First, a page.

Ten thousand paces to the rhythmic tap of trusty walking cane
The panting patter of eight tiny paws split leashed in double rein;
Our faithful Westies scent out the hidden trails;
Where passing coyote, dog or skunk have sprayed their signs.
In Spring, we take the old Kemp Road, before the seed is sown,
Over sandy hill and shaded bush to pick the fiddlehead fern.
Wild turkey flee in single file, and deer a distance mind,
We keep close watch on coyote for an ambush from behind.
The Summer route’s from the parking lot behind the grocery store,
Through balmy pines of Mystery Park where crows and ravens caw;
Along the winding river path of roots scalped by spring-time flows,
Back along the sewer line, fragrant incense to a canine nose!
As Summer drifts towards the Fall, sweet raspberries and tangy blackberries entice
My stick to clasp luscious clusters from ivy’s poisonous embrace.
Elderberries droop heavy, and the rosy crab-apples signal jelly-time,
Wild mushrooms beckon those who for their earthy flavours dare to dine.
Back we wander to a long forgotten sandy excavation
In a fossil dune-rimmed beach from ancient Lake Champlain,
Where sandhill cranes nest amid the rusted frame of an abandoned truck,
And, sheltered near the Mer Bleue Bog, a sedge-lined bed for white-tailed buck.
Hidden by the corn field, we hike the deep ditch line,
Past stalks trampled by marauding deer, and cobs gnawed by porcupine;
We maze through towering corridors of rustling stover and golden ears,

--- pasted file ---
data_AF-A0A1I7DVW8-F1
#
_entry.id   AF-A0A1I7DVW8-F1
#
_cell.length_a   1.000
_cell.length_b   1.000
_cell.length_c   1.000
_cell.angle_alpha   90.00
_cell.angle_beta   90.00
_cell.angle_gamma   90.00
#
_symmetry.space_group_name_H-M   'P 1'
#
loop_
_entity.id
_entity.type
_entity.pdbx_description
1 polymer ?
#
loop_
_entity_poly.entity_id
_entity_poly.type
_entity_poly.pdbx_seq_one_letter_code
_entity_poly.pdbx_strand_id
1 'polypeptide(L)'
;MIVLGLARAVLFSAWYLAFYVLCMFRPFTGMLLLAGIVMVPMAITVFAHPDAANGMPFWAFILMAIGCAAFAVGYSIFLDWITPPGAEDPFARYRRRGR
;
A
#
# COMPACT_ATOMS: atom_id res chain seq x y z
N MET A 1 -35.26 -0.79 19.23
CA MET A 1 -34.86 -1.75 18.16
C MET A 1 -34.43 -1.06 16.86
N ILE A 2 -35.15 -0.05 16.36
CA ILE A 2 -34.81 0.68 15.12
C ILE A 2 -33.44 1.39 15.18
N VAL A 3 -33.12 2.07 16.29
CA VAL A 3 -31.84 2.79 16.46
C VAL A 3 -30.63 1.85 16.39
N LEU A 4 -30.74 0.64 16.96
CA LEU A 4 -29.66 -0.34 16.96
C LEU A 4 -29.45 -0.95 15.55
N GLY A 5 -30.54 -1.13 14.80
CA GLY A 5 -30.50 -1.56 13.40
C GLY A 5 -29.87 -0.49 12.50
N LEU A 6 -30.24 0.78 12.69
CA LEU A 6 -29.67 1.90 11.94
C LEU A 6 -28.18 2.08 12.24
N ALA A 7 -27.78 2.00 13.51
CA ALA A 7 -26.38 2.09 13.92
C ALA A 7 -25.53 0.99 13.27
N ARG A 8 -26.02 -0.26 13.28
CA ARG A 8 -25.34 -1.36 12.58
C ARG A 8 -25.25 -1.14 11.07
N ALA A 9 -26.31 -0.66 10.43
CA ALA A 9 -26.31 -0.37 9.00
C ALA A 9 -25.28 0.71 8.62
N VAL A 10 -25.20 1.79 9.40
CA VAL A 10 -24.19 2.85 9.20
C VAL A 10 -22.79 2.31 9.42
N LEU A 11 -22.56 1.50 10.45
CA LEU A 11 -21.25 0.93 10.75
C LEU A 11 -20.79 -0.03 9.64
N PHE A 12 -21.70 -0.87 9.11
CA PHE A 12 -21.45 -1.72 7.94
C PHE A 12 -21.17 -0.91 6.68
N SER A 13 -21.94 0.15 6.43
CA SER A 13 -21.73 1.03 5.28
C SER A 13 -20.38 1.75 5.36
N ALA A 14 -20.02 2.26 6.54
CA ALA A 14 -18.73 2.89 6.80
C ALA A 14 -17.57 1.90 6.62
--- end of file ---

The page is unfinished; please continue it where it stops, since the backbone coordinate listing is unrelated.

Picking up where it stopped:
In peaceful separation from a world of fears and tears.
Hips and haws of thorn are mock holly garlands of hedged fields;
Where goldfinch and the chickadees forage ‘mid the butterflies
On carpets of goldenrod, aster and thistle down;
While burrs maddeningly knot white fur to gnaw and comb.
We rustle a mosaic of autumnal leaves; sweet is the scent of their composting ferment;
Beavers splash the ditch dammed over an aging railway culvert;
A red-flashed blackbird calls raucous indignation from a bulrush,
While dogs roll with oblivious contentment in the fetid marsh.
All too soon, the swamps and paths ice in Winter’s time,
Our breath steams, trees glisten with their coats of rime;
I stamp out paths through drifts for tiny paws to follow,
Finally, we retreat to truck-ploughed ways until return of geese and swallow.
And so, ten thousand paces more to the rhythmic tap of trusty walking cane
The panting patter of eight tiny paws split leashed in double rein...............
Bryan D. Cook September 2010
Context to Waking Our Westies
Bryan and Tanya Cook have two West Highland Terrier bitches, Abby and Tess. Bryan has walked them every day, all year for the last 14 years. This poem touches on the highlights of the usual walking routes; not specifically on the natures of the dogs themselves.
I was honoured to be named poet for February 2011 by the Poet Laureate for Canada for this poem.